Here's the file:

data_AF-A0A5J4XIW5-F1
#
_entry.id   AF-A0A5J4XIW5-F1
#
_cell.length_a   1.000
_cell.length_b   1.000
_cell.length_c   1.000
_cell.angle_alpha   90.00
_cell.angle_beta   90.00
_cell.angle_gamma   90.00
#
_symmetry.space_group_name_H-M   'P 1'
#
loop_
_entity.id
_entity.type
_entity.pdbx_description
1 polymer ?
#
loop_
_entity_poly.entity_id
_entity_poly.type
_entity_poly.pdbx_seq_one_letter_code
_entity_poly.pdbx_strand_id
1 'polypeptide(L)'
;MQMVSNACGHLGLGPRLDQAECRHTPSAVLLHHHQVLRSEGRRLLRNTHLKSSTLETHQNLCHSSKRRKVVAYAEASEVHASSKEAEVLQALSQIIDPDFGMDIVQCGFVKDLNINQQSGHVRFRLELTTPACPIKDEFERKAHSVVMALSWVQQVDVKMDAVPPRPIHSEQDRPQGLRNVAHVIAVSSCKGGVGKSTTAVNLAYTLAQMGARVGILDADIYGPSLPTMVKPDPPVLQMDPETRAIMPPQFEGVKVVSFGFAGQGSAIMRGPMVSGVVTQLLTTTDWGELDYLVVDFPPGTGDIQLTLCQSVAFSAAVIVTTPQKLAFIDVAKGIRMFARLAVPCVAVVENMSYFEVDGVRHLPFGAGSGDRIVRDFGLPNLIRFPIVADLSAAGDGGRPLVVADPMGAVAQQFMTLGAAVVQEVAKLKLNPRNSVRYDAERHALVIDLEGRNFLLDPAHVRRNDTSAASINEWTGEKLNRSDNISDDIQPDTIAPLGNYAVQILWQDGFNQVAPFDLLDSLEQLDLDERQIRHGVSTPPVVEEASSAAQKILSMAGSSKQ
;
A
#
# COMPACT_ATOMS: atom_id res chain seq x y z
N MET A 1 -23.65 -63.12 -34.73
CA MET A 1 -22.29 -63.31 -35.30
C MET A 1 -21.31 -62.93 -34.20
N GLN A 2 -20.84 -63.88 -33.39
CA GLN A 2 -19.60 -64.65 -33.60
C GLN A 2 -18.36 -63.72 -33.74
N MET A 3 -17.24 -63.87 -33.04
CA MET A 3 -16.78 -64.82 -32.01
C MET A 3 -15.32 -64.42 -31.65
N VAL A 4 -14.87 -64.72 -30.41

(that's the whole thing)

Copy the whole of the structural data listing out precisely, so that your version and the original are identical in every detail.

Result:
data_AF-A0A5J4XIW5-F1
#
_entry.id   AF-A0A5J4XIW5-F1
#
_cell.length_a   1.000
_cell.length_b   1.000
_cell.length_c   1.000
_cell.angle_alpha   90.00
_cell.angle_beta   90.00
_cell.angle_gamma   90.00
#
_symmetry.space_group_name_H-M   'P 1'
#
loop_
_entity.id
_entity.type
_entity.pdbx_description
1 polymer ?
#
loop_
_entity_poly.entity_id
_entity_poly.type
_entity_poly.pdbx_seq_one_letter_code
_entity_poly.pdbx_strand_id
1 'polypeptide(L)'
;MQMVSNACGHLGLGPRLDQAECRHTPSAVLLHHHQVLRSEGRRLLRNTHLKSSTLETHQNLCHSSKRRKVVAYAEASEVHASSKEAEVLQALSQIIDPDFGMDIVQCGFVKDLNINQQSGHVRFRLELTTPACPIKDEFERKAHSVVMALSWVQQVDVKMDAVPPRPIHSEQDRPQGLRNVAHVIAVSSCKGGVGKSTTAVNLAYTLAQMGARVGILDADIYGPSLPTMVKPDPPVLQMDPETRAIMPPQFEGVKVVSFGFAGQGSAIMRGPMVSGVVTQLLTTTDWGELDYLVVDFPPGTGDIQLTLCQSVAFSAAVIVTTPQKLAFIDVAKGIRMFARLAVPCVAVVENMSYFEVDGVRHLPFGAGSGDRIVRDFGLPNLIRFPIVADLSAAGDGGRPLVVADPMGAVAQQFMTLGAAVVQEVAKLKLNPRNSVRYDAERHALVIDLEGRNFLLDPAHVRRNDTSAASINEWTGEKLNRSDNISDDIQPDTIAPLGNYAVQILWQDGFNQVAPFDLLDSLEQLDLDERQIRHGVSTPPVVEEASSAAQKILSMAGSSKQ
;
A
#
# COMPACT_ATOMS: atom_id res chain seq x y z
N MET A 1 -23.65 -63.12 -34.73
CA MET A 1 -22.29 -63.31 -35.30
C MET A 1 -21.31 -62.93 -34.20
N GLN A 2 -20.84 -63.88 -33.39
CA GLN A 2 -19.60 -64.65 -33.60
C GLN A 2 -18.36 -63.72 -33.74
N MET A 3 -17.24 -63.87 -33.04
CA MET A 3 -16.78 -64.82 -32.01
C MET A 3 -15.32 -64.42 -31.65
N VAL A 4 -14.87 -64.72 -30.41